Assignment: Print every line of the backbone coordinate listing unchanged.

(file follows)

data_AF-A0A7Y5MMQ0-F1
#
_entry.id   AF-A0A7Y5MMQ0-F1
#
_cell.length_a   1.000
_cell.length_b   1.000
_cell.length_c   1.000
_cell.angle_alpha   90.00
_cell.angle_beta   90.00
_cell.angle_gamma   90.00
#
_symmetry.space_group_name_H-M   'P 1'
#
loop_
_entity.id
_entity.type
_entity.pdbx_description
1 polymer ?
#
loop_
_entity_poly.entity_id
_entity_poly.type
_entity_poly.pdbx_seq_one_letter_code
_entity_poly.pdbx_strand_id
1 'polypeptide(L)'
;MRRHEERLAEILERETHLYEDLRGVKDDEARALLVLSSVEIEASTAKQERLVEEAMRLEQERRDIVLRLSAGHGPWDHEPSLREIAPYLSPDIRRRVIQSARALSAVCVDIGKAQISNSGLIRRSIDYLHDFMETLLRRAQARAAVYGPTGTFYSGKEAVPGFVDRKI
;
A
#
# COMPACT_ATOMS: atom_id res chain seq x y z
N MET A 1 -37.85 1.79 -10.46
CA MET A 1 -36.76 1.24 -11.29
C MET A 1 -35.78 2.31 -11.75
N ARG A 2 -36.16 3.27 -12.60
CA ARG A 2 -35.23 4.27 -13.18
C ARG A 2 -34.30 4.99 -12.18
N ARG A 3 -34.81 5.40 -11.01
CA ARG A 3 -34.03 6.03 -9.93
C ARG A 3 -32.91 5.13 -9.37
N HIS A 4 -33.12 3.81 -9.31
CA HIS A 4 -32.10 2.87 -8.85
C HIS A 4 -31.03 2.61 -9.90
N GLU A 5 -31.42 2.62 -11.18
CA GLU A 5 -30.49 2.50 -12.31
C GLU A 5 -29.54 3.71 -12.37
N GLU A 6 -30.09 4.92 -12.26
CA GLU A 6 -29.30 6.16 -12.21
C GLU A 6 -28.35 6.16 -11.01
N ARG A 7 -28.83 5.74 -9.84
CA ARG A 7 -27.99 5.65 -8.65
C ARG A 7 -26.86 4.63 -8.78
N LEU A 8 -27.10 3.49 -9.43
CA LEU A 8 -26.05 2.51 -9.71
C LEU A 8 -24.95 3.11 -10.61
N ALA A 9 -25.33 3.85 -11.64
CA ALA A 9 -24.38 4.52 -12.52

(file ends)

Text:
data_AF-A0A7Y5MMQ0-F1
#
_entry.id   AF-A0A7Y5MMQ0-F1
#
_cell.length_a   1.000
_cell.length_b   1.000
_cell.length_c   1.000
_cell.angle_alpha   90.00
_cell.angle_beta   90.00
_cell.angle_gamma   90.00
#
_symmetry.space_group_name_H-M   'P 1'
#
loop_
_entity.id
_entity.type
_entity.pdbx_description
1 polymer ?
#
loop_
_entity_poly.entity_id
_entity_poly.type
_entity_poly.pdbx_seq_one_letter_code
_entity_poly.pdbx_strand_id
1 'polypeptide(L)'
;MRRHEERLAEILERETHLYEDLRGVKDDEARALLVLSSVEIEASTAKQERLVEEAMRLEQERRDIVLRLSAGHGPWDHEPSLREIAPYLSPDIRRRVIQSARALSAVCVDIGKAQISNSGLIRRSIDYLHDFMETLLRRAQARAAVYGPTGTFYSGKEAVPGFVDRKI
;
A
#
# COMPACT_ATOMS: atom_id res chain seq x y z
N MET A 1 -37.85 1.79 -10.46
CA MET A 1 -36.76 1.24 -11.29
C MET A 1 -35.78 2.31 -11.75
N ARG A 2 -36.16 3.27 -12.60
CA ARG A 2 -35.23 4.27 -13.18
C ARG A 2 -34.30 4.99 -12.18
N ARG A 3 -34.81 5.40 -11.01
CA ARG A 3 -34.03 6.03 -9.93
C ARG A 3 -32.91 5.13 -9.37
N HIS A 4 -33.12 3.81 -9.31
CA HIS A 4 -32.10 2.87 -8.85
C HIS A 4 -31.03 2.61 -9.90
N GLU A 5 -31.42 2.62 -11.18
CA GLU A 5 -30.49 2.50 -12.31
C GLU A 5 -29.54 3.71 -12.37
N GLU A 6 -30.09 4.92 -12.26
CA GLU A 6 -29.30 6.16 -12.21
C GLU A 6 -28.35 6.16 -11.01
N ARG A 7 -28.83 5.74 -9.84
CA ARG A 7 -27.99 5.65 -8.65
C ARG A 7 -26.86 4.63 -8.78
N LEU A 8 -27.10 3.49 -9.43
CA LEU A 8 -26.05 2.51 -9.71
C LEU A 8 -24.95 3.11 -10.61
N ALA A 9 -25.33 3.85 -11.64
CA ALA A 9 -24.38 4.52 -12.52